Reduced antimicrobial potencies of Oxytetracycline, tylosin, sulfadiazine, streptomycin, ciprofloxacin and olaquindox due to environmental processes
Publication: Research - peer-review › Journal article – Annual report year: 2003
The stability of oxytetracycline (OTC), tylosin (TYL), sulfadiazin (SDZ), streptomycin (ST), ciprofloxacin (CF) and olaquindox (O) was examined in environmentally relevant matrices, such as soil interstitial water and sewage sludge water. Compounds were assessed in both aerobic (OTC, TYL, SDZ, ST, and CF) and anaerobic experiments (OTC, TYL, and O) using analytical measurements (UV spectrophotometry or HPLC) combined with a growth inhibition pour plate assay using activated sludge bacteria. (OTC was additionally assessed using a soil bacterial assay.) This combination of results enabled the assessment of whether a loss in antibacterial potency was reflected in a similar reduction of substance concentration. If a potency reduction is not reflected in a decreased substance concentration, the results may indicate the formation of less potent degradation products possessing the same chromophoric system (same UV absorbance maximum) as the parent compound. With the exception of ST and CF, the antimicrobial agents generally lost a considerable amount of their antimicrobial potency in aerobic experiments. In the anaerobic experiments having either an experimental duration of 21 or 100 days only OTC retained potency. These results correspond well with the fact that several degradation products were encountered in the study for this compound.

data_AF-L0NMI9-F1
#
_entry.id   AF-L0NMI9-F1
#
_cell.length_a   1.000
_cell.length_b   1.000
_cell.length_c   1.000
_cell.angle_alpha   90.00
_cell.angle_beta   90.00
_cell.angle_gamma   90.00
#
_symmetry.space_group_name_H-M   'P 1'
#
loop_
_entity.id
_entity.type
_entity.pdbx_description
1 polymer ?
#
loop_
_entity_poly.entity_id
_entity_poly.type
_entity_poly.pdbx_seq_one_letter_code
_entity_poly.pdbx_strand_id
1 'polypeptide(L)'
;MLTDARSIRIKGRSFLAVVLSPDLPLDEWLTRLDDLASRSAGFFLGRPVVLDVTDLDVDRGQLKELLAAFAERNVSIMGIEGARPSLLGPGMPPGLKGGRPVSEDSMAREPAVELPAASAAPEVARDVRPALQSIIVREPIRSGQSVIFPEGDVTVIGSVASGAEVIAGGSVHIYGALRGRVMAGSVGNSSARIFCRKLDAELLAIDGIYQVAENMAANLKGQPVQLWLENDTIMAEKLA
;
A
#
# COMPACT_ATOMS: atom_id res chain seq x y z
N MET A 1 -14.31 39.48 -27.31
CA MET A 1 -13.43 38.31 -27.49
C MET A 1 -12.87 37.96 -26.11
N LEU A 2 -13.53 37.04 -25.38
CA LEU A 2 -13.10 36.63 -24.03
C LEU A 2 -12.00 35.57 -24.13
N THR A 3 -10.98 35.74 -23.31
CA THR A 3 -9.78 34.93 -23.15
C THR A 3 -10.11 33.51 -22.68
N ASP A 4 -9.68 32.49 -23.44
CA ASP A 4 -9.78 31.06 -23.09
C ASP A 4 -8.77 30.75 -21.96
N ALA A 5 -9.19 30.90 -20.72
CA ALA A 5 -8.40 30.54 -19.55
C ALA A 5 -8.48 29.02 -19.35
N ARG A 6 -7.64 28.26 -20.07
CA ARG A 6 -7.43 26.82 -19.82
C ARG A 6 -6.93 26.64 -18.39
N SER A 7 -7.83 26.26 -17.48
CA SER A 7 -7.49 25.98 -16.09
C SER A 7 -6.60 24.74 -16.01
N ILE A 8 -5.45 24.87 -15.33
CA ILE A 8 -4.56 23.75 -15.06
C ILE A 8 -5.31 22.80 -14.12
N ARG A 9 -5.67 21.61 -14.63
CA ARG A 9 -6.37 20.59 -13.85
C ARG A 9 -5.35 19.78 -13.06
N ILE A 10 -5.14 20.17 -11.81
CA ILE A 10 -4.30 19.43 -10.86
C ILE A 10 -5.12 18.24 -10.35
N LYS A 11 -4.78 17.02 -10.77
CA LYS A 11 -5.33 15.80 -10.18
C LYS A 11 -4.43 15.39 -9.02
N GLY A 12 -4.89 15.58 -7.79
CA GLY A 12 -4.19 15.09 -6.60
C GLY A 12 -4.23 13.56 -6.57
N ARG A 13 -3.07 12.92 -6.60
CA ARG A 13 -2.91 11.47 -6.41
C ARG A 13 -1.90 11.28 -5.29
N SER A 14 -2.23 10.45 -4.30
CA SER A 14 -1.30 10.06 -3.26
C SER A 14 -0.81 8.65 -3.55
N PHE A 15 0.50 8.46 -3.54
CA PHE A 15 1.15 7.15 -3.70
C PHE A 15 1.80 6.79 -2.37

|Journal||Archives of Environmental Contamination and Toxicology|
|Citations||Web of Science® Times Cited: 69|